By Lia Jonsson
This week I’m going to stray just a bit from the normal format.
I haven’t been cooking much the past two weeks – and the demonstration systems haven’t been producing much – maybe it’s the heat. The “dog days” of summer call for cool salads and quick dinners, lots of rest and catching up on reading. One night this week we “dined” very happily on a homemade pizza composed of a little leftover chunky marinara sauce, a few chopped olives and sliced onions, some crumbled sausage and lots of grated cheese. It was a perfect casual dinner to go with an old television movie. Preparation was minimal and cleanup a breeze! A little fresh fruit for dessert. All good!
I have, however, been reading a lot this week – about agriculture, Aquaponics, water and sustainability.
Big Ag vs. Small Farms
These are exciting times: A study conducted by the University of Minnesota, and cited in a food economics article by Grace Communications Foundation, points out that industrial agriculture is frequently less efficient at producing food than are smaller, more sustainable farms. The study states:
“Despite decades of claims to the contrary, industrial farming has not relieved famine or hunger throughout the world. On the contrary, industrial agriculture has fed a culture of over-consumption, particularly in the United States, where large quantities of food are tossed in the trash while, at the same time, the population is in the throes of an obesity epidemic.”
Where does Aquaponics Fit?
Another interesting piece was published in Zocalo on Aug. 7, and detailed the growing U.S. dependence on imported fish and seafood. An alarming prospect, for many reasons. The article details what the future of fish farming could be, and speaks to the “importance of creating regional, sustainable food systems” as part of an “ecologically sound foodscape.”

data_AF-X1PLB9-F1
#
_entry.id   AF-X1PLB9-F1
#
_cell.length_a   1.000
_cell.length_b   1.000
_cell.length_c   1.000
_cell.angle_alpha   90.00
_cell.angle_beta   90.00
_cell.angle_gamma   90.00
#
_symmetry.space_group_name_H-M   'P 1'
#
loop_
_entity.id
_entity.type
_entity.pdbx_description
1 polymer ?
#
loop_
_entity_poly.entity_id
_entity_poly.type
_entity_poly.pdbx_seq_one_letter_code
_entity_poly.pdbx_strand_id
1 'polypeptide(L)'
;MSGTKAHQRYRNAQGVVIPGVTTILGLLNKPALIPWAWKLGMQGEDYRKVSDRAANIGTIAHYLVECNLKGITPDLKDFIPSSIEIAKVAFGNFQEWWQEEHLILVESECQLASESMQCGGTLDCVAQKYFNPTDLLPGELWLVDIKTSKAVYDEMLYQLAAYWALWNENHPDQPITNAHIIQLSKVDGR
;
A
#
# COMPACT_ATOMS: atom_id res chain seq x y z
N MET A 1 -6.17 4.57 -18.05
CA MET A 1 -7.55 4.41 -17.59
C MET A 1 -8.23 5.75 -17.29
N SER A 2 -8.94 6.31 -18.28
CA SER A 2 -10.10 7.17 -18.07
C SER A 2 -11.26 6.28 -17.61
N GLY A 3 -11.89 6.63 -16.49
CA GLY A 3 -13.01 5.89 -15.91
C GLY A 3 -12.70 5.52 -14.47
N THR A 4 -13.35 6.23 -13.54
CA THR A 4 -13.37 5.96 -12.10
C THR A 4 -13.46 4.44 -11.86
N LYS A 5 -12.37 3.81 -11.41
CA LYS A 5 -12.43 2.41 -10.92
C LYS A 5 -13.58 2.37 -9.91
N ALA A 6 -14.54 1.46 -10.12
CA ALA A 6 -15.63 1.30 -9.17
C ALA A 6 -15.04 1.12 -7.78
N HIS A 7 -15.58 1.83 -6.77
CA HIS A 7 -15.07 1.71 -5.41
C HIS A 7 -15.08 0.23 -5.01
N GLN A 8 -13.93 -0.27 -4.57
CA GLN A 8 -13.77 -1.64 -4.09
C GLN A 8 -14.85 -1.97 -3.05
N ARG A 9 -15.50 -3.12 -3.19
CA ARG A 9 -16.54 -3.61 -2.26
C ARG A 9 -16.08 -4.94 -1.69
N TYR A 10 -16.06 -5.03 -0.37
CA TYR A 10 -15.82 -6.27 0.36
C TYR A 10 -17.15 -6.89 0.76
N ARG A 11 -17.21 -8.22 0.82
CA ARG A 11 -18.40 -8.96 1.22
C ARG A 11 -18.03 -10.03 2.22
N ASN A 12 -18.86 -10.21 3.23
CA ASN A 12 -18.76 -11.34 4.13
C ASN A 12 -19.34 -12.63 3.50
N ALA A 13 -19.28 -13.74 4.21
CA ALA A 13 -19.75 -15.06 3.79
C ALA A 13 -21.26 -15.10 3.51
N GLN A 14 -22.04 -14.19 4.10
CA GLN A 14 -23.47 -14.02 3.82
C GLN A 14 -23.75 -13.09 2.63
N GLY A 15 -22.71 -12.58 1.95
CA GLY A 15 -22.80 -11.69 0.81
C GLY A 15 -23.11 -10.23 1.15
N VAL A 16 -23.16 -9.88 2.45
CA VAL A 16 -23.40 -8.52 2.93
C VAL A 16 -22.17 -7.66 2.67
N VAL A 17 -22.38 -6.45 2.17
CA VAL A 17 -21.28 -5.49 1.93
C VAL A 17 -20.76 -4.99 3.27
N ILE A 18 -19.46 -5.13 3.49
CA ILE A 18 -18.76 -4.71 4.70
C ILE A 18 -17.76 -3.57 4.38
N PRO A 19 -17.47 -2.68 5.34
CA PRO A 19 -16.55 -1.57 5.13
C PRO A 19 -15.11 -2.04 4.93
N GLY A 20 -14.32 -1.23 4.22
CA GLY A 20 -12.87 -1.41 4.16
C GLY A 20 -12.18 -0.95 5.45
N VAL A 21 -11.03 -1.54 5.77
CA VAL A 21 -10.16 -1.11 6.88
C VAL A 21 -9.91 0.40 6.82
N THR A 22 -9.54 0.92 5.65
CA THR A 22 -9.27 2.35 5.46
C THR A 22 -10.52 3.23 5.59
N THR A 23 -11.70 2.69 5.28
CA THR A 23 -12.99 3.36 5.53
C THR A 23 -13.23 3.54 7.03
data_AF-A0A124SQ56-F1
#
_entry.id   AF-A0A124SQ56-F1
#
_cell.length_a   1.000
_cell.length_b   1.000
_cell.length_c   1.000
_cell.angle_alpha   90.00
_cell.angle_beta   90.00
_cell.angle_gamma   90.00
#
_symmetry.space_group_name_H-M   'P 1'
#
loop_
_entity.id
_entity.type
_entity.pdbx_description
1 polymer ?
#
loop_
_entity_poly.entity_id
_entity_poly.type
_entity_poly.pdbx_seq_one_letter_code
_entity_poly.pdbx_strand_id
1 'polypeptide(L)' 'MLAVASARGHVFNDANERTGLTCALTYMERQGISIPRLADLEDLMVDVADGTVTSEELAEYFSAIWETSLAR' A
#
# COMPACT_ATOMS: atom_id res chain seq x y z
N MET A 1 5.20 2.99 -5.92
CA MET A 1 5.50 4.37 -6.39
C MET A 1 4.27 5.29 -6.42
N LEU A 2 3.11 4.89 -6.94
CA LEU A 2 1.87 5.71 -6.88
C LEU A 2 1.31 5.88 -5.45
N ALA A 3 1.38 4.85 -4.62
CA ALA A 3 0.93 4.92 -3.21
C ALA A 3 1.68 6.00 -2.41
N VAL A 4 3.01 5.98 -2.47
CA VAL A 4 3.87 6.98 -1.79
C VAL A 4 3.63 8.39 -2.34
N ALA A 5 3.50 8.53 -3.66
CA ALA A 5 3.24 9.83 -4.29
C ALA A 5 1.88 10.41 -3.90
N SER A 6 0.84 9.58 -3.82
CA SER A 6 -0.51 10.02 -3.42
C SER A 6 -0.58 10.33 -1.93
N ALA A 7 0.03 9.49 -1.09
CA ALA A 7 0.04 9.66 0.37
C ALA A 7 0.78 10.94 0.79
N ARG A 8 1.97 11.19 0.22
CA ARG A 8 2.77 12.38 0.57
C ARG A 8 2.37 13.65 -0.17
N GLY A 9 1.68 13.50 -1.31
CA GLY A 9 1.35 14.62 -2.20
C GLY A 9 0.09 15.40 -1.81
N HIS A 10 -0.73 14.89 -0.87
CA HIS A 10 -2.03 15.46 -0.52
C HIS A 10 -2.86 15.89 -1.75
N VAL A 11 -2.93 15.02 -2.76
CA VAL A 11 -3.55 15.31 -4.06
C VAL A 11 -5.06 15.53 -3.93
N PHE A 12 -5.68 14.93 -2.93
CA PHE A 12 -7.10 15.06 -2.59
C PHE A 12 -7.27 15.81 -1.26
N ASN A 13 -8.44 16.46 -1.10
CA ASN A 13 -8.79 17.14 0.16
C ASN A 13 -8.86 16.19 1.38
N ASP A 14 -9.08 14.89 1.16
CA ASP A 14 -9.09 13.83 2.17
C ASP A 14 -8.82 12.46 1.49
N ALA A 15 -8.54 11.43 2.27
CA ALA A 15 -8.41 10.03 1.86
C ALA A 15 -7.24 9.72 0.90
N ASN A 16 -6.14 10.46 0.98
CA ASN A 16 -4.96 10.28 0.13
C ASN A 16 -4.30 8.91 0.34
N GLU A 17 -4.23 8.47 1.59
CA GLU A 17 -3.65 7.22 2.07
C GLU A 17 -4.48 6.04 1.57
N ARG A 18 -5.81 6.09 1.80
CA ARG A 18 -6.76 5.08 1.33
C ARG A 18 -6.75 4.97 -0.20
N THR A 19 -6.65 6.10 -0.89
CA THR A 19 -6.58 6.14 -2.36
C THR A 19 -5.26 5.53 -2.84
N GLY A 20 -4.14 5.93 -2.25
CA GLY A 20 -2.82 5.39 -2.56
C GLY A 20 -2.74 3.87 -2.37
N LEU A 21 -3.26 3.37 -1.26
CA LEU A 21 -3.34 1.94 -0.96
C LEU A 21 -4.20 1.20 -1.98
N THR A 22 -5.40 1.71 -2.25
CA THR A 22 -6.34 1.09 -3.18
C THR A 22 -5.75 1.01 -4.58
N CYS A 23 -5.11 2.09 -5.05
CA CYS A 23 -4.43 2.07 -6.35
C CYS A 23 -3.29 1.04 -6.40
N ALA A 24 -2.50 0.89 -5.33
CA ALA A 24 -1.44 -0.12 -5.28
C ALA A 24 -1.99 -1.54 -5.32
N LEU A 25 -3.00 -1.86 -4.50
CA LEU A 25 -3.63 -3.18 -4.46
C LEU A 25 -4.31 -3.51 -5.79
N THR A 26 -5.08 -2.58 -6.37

Today, there are a number of innovative and alternative farming methods. Aquaponics is among the most exciting, the most sustainable, and the most adaptable of the lot. Aquaponics is totally natural and can be successfully utilized for commercial production as well as backyard farming on a large-scale or small, indoors or out. Green Phoenix Farms has demonstrated the viability of smaller family-sized growing systems as well as the potential of a soon-to-be-complete multi-component system under greenhouse cover in East Texas.
As more and more consumers “buy in” to the value and benefits of eating locally, returning to a more sustainable method of food production and delivery, the growth of farmers markets has been phenomenal throughout the nation, community-supported agriculture, gardening cooperatives and urban farming initiatives are healthy options for food, and many families now plant gardens. The future of personal farming and urban agriculture look bright. It does not seem to be just a passing fad.
Education Is Key
An important component of a sustainable future is education. We are always interested in local school efforts to plant gardens, to install Aquaponics systems, and to support curriculum changes that support an emphasis on sustainable food production and nutrition awareness. And we laud the efforts of local chefs and restaurateurs to create a farm-to-table sensibility that nourishes and supports local independent growers and fresh, seasonal foods, and a return to healthier, more nutritious meals and eating patterns.
One last bit of reading from the week bears mention: In Detroit, long a wasteland of urban crime and neglect, there is a renewal of sorts in the form of urban parks, green spaces and community gardens. The fruits and vegetables that are grown on them are good for the people, good for the landscape, and good for the economy. So good, in fact, that some commercial developers now envision “city farms.”
It all just makes me want to stand up and cheer. How about you?
Now that it’s September, though, I think I’ll get back to cooking. Coming up next week: A few great homemade salsas, along with an easy, delicious way to prepare fish, especially Tilapia.